Blu-Ray Review: Altitude

Here we have a rare example of a low budget film with lots of effects and a risky setting (a tiny plane) that falls apart due to the things that come for free – a good script and likable characters. Altitude cost less than 10 million, but sports 600 CGI enhanced shots, which is on the level of a Lord of the Rings film, and impressively keeps up a good pace and interesting photography despite the fact that 90% of the film takes place in a seven-seater plane that the actors can’t even stand up straight in. But man oh man, the script seems hell-bent on dragging it down.
For starters, the writers have managed to create the least likable group of teens in a horror movie in ages. Christ, I liked some of the Friday the 13th Part VII assholes more than these clowns. I spent half the movie wondering why anyone was even friends with each other. The main girl (Jessica Lowndes, who I like but is possibly the least believable pilot since Julie Haggerty) seems to hate Bruce, her sort-of boyfriend, and her best friend’s boyfriend Sal is a complete asshole right from the start, and later we discover she has cheated on him with the other guy in the plane. Who am I supposed to like, exactly? I understand the need for conflict to ramp up the tension, but why do they have to be so hateful before anything bad even happens? And why can’t good people fight? I fight with friends every now and then, even when we’re not trapped in malfunctioning planes. You don’t have to paint someone as a completely unsympathetic asshole just so you can have another character be at odds with them.

(SPOILERS AHEAD!)

And because these people are so unlikable or annoying, the twist just completely fails to work. Technically it’s actually an interesting twist, if not wholly original (Twilight Zone and the book/movie Sphere covered the same territory), but it just becomes laughable here. The poster and trailer promise a monster, and it IS there, but we discover it’s just Bruce’s manifestation, and that it can disappear in the blink of an eye if he focuses on something else. Thus, at one point Lowndes literally saves the day just by kissing him. I agree with the film’s notion that making out with Ms. Lowndes can solve your problems (a theory worth exploring!), but at this point I wanted the monster to kill these annoyances, not disappear because the kid stopped being such a baby.

But again, on a technical level, there’s a lot to appreciate and enjoy here. For a single location movie, the camera moves around a lot and keeps things visually exciting throughout. Some of the compositing is bad, but the monster itself looks great, as do the various extensions and such that helped make the plane seem complete on the exterior shots (one of the kids jumps out, attached via rope, to try to fix one of the plane’s problems from the outside). And again, the actors can’t even stand up straight, so it’s impressive that they can fight, move around, etc when necessary without feeling awkward or even cramped. Director Kaare Andrews really uses every bit of space to his advantage, and blends the CG with real world elements better than most big-screen/big-budget fare.

If you do like the movie, or at least interested in combining low budget resources with ambitious scenarios/settings, going through the DVD or Blu-Ray will be worth your while. Andrews provides a terrific commentary that is largely technically oriented, but he is honest about some of the film’s shortcomings and discusses the challenges he faced without sounding whiny or accusatory – he seems to be genuinely grateful to have the ability to shoot a film at all and looked at the limitations as challenges instead of detriments. Then we get a cool look at the film edited together (on fast speed) without any of the FX inserted, so you’re just seeing actors on half of a plane with a lot of green-screen all around. Here he talks more about how certain effects were pulled off or why things had to be done a certain way, not unlike the commentary but with the visual information to help illustrate his points better. Then there’s a 50 minute making of documentary that takes you through the whole production. It’s similar to the one on Frozen in terms of structure and taking a more candid, nuts and bolts approach than a glossy marketing-driven types you see on most DVDs, but it lacks Frozen’s personal touches that elevated that one above most of its type. Still, a good piece, and again, budding filmmakers can take something away from it, which is always good. Some storyboards are also included, though I have little use for such things.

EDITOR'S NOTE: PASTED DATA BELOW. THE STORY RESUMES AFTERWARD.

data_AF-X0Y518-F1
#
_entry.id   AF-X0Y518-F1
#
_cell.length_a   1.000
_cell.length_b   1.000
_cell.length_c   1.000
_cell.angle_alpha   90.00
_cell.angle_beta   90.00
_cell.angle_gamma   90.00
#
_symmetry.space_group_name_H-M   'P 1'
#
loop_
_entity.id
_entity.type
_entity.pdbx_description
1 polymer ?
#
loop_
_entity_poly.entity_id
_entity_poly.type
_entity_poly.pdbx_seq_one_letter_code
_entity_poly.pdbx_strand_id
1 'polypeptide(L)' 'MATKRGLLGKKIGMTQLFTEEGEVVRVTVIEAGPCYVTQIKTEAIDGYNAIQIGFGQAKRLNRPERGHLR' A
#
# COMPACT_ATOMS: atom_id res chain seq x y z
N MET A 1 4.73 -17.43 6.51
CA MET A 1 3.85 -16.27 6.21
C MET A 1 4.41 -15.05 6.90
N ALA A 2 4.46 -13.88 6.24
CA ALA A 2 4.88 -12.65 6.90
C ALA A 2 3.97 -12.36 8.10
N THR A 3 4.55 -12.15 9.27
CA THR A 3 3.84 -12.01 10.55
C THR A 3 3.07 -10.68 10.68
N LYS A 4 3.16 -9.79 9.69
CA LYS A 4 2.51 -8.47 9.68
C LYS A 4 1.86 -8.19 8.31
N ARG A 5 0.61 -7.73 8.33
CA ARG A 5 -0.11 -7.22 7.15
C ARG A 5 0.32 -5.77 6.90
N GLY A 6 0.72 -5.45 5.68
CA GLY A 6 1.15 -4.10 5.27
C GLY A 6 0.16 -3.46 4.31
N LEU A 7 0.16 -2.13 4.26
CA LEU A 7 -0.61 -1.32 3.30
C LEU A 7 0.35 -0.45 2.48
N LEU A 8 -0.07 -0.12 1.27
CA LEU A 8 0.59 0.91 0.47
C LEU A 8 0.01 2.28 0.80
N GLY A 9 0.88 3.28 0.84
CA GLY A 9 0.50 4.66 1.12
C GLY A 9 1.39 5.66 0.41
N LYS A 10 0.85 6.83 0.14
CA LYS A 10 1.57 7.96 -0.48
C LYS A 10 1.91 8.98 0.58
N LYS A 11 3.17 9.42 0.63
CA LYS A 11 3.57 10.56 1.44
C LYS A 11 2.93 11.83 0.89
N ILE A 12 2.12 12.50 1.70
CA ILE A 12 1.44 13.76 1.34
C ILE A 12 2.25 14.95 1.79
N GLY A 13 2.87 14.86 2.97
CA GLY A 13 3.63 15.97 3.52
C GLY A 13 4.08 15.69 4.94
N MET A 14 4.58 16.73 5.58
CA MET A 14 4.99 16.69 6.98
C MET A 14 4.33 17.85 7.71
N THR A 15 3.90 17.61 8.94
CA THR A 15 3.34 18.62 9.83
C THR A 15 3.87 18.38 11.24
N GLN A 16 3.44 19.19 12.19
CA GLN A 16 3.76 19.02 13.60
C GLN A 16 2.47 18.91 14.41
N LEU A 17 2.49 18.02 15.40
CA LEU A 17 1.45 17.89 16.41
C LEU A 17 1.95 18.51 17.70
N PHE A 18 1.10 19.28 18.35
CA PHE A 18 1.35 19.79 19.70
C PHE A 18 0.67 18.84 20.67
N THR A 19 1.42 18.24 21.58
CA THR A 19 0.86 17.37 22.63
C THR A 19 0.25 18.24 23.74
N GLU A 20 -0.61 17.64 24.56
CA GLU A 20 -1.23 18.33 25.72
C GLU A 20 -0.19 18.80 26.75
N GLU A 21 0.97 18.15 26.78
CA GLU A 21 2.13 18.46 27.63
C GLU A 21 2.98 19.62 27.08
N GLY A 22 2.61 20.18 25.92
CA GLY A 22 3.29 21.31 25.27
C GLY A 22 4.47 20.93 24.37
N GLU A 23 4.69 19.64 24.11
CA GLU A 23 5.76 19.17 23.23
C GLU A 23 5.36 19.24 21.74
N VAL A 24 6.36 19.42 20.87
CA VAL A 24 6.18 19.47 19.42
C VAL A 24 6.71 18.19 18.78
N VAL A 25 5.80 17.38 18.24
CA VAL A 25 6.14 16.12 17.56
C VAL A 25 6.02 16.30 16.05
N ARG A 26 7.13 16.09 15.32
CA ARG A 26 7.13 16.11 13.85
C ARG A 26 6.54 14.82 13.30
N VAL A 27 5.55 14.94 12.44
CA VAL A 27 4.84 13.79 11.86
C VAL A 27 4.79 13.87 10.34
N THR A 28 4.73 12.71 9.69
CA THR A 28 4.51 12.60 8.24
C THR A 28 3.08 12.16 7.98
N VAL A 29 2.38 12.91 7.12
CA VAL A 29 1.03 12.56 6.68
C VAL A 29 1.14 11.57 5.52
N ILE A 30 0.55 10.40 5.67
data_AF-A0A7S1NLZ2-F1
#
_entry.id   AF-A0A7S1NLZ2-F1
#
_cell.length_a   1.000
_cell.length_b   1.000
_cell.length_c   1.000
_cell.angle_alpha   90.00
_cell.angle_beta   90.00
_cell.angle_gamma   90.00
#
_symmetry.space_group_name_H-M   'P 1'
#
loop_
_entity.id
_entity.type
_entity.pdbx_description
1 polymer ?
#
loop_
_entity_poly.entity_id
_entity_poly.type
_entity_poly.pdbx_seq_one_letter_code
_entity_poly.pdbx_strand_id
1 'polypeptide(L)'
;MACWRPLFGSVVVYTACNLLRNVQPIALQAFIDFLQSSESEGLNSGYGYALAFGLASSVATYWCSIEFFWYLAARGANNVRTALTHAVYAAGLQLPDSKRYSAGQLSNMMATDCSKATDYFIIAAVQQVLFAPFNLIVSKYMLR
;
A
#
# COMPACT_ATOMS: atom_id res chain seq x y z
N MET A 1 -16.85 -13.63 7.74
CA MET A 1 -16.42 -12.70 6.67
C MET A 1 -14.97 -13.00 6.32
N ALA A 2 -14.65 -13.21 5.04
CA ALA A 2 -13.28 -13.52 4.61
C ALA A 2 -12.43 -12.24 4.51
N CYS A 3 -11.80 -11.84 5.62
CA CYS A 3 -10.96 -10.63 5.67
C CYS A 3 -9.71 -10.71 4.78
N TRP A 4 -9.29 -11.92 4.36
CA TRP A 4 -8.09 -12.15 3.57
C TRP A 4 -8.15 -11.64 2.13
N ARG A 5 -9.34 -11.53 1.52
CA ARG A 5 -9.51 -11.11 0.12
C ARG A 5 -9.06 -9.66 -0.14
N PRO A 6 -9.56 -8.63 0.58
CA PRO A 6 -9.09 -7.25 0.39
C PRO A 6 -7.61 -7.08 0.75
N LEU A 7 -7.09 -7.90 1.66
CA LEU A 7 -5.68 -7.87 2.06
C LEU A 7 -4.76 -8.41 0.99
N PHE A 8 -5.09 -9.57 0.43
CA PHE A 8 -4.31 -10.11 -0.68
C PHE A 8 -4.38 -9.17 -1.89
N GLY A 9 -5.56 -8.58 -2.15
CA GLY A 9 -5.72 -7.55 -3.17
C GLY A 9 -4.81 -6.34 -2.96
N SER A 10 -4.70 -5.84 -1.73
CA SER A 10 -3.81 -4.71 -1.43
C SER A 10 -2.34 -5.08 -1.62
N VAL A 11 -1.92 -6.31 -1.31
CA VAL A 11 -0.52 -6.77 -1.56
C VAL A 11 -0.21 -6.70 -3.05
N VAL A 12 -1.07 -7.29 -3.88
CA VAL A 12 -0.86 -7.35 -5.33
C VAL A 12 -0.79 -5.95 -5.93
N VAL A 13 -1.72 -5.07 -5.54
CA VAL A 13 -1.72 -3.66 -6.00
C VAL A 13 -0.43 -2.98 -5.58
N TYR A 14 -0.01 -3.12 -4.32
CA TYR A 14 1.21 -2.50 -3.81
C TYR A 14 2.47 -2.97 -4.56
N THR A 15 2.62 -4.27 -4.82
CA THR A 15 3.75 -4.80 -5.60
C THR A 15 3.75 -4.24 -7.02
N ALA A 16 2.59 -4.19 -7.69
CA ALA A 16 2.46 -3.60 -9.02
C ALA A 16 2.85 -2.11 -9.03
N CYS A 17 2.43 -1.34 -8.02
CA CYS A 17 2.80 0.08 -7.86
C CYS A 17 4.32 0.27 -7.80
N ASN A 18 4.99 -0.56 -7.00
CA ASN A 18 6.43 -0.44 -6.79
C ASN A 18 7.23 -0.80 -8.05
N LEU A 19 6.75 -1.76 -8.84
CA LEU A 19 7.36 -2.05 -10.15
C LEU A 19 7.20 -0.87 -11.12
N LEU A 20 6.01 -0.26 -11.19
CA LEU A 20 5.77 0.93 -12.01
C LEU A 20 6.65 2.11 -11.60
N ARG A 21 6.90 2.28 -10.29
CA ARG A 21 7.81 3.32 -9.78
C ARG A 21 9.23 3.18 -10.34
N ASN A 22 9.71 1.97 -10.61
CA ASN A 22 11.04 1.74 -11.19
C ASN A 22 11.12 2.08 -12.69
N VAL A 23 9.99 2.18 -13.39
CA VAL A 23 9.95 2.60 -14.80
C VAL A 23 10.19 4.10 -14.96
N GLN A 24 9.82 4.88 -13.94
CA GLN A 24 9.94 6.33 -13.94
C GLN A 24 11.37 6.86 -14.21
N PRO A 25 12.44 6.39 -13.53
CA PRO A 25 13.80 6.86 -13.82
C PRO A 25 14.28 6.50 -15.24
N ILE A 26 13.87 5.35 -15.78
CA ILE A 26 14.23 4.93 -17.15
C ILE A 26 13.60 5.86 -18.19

This is an Anchor Bay release, so do I really need to point out the good transfer? They have done consistently great work with their high-def titles and this is no exception. There isn’t a lot of color in the movie (black, blue, and green – that’s about it) but it looks terrific all the same, with minimal crushed blacks and plenty of detail. The grain amount is inconsistent, but I assume that’s just the film’s editor going overboard trying to hide some subpar effects rather than a mastering one (and unlike most studios, AB doesn’t try to clear the film of grain, so I’d rather this than no grain at all making everyone look plastic). The surround mix is also quite good, if nothing spectacular (though the rears will get a nice workout with the nearly non-stop rain/storm sounds).

With a few more passes at the script, this could have been a winner. There is much to appreciate on both sides of the camera, and the disc has a lot of great supplements, but ultimately the film itself never quite gelled for me. Rewrite this thing and try again!

Movie Score: 5/10
A/V Score: 8/10
Extras Score: 8/10
Overall: 6/10

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Source: Bloody Disgusting